General Question

talljasperman's avatar

Is there something else, other than an electron, that can be used as energy?

Asked by talljasperman (18007 points ) August 9th, 2010

what about the sub-atomic….can we use anything other than electricity and wires (maybe something smaller)? wouldn’t that make electronics smaller and faster… and produce less heat (like computer processors)?

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12 Answers

FireMadeFlesh's avatar

Electrons are the smallest and most mobile subatomic particles. The only alternatives I can think of are magnetic fields, which have a range of a few metres, and intense laser light, which is expensive and inefficient.

Smaller electrical circuits also produce more heat than large ones, because the same current passes through the same volume of wire/transistor.

talljasperman's avatar

@FireMadeFlesh How about neutrino’s they’are smaller than electrons all we need is to find a way to record a 1 and a 0 and boom… were in business… do Sub-Sub-Atomic particles exist?

FireMadeFlesh's avatar

@talljasperman Neutrinos have no charge, have a mass so small we cannot measure it, and the only known way they can interact with matter is by the extremely improbable direct impact with an atomic nucleus which then releases radio waves. The vast majority of neutrinos travel straight through the Earth without interacting with anything at all.

Sub-sub-atomic particles do exist, they are called quarks and they are the building blocks for all hadrons (protons, neutrons, muons etc). However the principle of confinement means that a quark can never be isolated to travel by itself. The smallest quarks are still much bigger than an electron though, which is why all hadrons are bigger than all leptons.

If your main concern is about loss of energy to heat, then you may find superconductivity an interesting topic to look into. Basically, if you cool a conductor down to its critical temperature, which is usually close to absolute zero, it will conduct without any energy loss for several years. This is the principle behind the magnets in an MRI. The catch is that the conductor needs to be kept below its critical temperature, or it will lose this property.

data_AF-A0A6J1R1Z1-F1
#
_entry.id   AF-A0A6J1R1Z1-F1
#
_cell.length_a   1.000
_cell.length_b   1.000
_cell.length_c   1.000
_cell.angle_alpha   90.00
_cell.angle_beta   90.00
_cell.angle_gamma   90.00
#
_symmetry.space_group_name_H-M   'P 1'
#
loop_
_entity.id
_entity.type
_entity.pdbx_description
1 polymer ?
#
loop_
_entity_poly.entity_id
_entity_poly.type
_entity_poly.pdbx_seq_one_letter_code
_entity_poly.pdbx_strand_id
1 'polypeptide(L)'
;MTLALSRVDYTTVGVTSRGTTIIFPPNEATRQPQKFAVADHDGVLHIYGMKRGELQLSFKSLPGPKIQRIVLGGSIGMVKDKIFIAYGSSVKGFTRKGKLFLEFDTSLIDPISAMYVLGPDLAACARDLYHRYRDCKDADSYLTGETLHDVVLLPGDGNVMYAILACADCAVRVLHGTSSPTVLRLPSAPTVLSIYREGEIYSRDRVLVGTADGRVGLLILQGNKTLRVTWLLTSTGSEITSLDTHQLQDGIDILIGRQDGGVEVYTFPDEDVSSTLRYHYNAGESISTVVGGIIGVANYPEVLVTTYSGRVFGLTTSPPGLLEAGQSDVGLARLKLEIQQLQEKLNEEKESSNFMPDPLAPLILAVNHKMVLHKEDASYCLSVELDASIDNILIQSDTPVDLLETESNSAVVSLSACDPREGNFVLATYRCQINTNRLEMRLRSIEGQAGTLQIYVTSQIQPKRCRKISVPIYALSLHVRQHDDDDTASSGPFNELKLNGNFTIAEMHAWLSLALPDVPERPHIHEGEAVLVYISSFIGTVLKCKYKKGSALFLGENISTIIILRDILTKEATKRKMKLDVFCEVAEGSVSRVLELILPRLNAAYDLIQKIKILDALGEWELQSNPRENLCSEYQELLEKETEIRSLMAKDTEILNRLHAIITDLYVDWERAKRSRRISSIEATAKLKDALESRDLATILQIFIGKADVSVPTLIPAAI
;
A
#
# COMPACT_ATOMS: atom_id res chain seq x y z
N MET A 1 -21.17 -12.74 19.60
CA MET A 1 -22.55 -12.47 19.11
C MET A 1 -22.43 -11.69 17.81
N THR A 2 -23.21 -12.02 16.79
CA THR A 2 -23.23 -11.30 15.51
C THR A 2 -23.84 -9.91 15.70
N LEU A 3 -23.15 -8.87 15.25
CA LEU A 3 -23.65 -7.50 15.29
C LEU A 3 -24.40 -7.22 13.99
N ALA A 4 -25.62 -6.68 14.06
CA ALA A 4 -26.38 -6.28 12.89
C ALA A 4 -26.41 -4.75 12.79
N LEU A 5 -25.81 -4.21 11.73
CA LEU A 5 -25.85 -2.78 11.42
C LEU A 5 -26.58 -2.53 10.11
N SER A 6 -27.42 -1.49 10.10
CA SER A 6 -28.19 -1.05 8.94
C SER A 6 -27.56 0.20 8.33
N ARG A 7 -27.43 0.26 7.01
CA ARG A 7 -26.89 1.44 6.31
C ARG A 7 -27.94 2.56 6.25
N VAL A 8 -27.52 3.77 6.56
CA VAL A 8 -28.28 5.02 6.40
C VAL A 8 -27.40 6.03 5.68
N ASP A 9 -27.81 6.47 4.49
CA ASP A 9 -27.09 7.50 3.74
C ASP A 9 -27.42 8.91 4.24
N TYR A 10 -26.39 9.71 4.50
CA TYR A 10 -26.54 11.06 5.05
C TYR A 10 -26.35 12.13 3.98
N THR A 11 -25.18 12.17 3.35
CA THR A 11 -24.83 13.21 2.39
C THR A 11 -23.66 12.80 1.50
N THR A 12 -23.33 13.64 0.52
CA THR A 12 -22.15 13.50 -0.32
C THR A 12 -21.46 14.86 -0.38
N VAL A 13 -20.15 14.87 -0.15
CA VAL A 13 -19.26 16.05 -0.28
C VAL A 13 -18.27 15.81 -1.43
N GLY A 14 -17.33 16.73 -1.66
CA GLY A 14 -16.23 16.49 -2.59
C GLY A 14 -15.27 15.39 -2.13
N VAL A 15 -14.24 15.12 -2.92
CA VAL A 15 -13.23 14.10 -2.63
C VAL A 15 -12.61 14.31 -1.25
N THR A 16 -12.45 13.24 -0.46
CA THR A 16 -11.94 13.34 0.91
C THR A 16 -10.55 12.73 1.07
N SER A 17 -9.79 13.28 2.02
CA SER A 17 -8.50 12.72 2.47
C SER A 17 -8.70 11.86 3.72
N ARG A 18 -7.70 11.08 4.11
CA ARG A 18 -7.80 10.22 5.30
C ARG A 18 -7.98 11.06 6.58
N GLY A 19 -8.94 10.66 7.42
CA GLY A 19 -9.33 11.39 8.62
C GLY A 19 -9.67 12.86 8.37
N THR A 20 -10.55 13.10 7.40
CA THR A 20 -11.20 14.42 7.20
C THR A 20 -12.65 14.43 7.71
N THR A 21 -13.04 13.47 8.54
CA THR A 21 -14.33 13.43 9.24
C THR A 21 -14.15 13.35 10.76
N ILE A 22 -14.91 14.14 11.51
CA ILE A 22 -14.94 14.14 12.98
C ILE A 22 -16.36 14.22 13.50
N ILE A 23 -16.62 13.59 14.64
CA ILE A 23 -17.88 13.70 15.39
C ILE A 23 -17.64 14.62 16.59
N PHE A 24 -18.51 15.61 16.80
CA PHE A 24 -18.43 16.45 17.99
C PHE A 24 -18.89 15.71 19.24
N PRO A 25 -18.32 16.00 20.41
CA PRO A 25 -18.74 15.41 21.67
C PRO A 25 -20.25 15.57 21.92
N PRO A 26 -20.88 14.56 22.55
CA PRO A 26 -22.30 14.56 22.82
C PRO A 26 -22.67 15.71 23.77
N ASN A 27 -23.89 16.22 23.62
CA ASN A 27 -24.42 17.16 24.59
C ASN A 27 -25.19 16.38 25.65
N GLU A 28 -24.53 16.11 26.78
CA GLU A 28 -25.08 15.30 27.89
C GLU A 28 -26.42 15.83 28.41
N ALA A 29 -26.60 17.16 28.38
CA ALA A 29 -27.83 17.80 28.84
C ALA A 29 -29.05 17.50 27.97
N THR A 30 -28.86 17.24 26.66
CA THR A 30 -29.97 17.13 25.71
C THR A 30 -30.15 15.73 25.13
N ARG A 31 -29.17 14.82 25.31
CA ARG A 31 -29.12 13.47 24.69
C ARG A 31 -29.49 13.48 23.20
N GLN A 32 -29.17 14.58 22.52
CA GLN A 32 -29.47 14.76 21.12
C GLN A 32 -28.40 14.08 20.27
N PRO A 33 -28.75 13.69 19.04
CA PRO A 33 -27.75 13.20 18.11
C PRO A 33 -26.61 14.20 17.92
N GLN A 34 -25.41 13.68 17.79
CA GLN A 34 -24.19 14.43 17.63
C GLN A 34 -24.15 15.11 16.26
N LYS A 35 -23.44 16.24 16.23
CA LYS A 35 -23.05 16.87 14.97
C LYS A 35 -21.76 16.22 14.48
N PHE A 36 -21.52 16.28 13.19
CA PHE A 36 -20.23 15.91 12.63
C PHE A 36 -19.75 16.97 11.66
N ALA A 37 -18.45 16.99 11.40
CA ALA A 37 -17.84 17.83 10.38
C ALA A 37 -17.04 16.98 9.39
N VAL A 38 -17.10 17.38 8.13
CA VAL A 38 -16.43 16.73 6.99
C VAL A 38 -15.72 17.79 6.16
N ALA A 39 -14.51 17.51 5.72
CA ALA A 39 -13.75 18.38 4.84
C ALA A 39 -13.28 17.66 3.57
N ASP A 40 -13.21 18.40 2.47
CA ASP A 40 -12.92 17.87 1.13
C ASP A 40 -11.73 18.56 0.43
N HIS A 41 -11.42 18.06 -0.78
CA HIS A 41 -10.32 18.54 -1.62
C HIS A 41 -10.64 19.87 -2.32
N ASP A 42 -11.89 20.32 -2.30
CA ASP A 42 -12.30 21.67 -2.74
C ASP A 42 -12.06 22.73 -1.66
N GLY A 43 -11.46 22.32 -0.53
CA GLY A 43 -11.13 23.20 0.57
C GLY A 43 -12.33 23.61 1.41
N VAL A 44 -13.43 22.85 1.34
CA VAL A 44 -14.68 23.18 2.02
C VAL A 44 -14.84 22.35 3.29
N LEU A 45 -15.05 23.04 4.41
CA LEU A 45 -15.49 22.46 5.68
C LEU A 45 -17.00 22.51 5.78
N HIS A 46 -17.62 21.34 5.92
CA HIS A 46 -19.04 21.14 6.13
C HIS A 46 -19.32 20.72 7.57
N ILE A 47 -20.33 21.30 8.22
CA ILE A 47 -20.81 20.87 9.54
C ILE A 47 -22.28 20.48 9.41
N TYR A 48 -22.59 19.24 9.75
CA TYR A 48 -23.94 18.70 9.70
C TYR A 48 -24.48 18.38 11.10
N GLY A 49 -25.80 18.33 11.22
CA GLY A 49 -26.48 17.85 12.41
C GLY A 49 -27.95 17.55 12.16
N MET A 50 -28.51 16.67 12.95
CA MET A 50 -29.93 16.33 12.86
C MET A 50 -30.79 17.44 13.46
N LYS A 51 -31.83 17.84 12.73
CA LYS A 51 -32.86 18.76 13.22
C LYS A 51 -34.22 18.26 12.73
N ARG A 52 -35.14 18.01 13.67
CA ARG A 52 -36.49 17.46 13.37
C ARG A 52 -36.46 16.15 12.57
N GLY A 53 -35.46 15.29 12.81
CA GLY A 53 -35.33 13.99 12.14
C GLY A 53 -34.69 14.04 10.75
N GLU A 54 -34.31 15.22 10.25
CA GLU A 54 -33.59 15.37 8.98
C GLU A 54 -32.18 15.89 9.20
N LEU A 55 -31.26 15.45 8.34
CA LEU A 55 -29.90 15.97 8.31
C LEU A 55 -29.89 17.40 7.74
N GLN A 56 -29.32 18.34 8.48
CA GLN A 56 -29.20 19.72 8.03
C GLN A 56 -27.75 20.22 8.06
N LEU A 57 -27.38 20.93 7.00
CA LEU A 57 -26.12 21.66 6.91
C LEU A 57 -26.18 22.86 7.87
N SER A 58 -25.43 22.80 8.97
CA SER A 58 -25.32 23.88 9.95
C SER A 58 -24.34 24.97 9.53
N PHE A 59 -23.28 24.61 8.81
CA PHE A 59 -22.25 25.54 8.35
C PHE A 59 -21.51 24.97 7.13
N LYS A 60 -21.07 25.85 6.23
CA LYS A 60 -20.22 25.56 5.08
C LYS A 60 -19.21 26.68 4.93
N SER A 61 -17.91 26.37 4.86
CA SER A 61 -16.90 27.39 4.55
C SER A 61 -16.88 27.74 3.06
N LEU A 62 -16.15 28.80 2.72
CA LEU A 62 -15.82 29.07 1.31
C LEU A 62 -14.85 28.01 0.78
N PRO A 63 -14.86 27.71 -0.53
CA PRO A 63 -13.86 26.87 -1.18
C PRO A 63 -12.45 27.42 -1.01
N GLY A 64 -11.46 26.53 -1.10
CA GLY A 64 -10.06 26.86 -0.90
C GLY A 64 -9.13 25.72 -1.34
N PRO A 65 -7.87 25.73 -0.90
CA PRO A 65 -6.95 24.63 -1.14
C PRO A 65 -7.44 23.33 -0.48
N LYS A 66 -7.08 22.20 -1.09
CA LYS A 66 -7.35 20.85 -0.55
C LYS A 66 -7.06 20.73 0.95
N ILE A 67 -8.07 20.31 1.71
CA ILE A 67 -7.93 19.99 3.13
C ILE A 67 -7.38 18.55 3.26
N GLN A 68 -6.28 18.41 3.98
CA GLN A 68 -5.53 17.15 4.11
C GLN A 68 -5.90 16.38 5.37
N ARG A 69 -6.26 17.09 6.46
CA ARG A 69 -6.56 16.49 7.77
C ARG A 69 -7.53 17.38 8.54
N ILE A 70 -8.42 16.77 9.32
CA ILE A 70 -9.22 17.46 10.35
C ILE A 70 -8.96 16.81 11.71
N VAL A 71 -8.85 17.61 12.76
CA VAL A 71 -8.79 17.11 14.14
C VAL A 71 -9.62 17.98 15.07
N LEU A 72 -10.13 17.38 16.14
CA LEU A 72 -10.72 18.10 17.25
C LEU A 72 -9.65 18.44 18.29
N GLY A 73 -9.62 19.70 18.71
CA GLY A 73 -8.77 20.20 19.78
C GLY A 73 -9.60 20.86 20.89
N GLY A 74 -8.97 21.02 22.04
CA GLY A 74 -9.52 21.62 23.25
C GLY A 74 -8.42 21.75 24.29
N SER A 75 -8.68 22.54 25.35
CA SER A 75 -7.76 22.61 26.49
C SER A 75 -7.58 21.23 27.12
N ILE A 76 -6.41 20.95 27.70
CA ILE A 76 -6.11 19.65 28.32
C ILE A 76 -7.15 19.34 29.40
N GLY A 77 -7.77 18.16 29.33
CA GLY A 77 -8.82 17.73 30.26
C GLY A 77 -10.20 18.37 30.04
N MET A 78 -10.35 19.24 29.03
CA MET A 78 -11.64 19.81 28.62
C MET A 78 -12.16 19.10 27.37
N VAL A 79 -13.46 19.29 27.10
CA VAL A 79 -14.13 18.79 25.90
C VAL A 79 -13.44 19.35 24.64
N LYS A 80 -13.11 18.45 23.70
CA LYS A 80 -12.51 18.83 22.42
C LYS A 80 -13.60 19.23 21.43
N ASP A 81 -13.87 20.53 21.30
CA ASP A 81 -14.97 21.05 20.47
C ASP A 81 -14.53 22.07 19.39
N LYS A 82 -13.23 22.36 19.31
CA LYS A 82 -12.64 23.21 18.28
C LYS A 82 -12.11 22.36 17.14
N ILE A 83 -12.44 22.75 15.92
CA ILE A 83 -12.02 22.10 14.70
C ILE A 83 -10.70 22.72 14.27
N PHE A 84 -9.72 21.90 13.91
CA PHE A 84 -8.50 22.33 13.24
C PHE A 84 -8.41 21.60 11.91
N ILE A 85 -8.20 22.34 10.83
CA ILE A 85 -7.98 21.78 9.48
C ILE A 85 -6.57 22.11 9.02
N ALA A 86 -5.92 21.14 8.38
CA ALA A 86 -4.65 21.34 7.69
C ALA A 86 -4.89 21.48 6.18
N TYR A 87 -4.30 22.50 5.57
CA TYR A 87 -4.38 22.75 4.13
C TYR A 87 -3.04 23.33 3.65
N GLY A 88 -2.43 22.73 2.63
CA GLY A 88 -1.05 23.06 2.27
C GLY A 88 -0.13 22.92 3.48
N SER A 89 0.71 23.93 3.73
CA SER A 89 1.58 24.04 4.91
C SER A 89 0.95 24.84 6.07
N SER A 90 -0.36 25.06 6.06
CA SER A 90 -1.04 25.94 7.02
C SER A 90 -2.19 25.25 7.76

LuckyGuy's avatar

The sun uses photons to send energy to us.

GeorgeGee's avatar

If you have indoor plumbing, you have another type of energy provided to you, pressurized water. There’s no electricity in most toilets, they’re powered by pressurized water. This jet pack runs on pressurized water:

http://www.youtube.com/watch?v=llPS0qOiMd4

hiphiphopflipflapflop's avatar

Optical computers are perfectly feasible but don’t benefit much from all the investment already sunk into microelectronics.

Neutrinos’ interaction with normal matter is mediated by the (aptly-named) ‘weak nuclear force’. All the actions of the electromagnetic force are accomplished by virtual photons (which are exchanged between the particles that are interacting) which are mass-less and can travel an arbitrary distance. There are three particles that do this work for the weak nuclear force, the positive and negatively-charged W particles and the neutral Z particle. They are quite heavy, which limits the range the force can act. Also the coupling constant, the chance any moment a neutrino will emit a virtual W or Z, is tiny. By comparison the coupling constants (actually they vary with energy, given here for “low” energies) are strong force = 1, electromagnetic force = 1/137, weak = 1×10^-6, gravity = 1×10^-39 (although gravity’s coupling constant is so tiny, the graviton is mass-less so again the force is long-range, which is why this force is so much more notable than the weak force).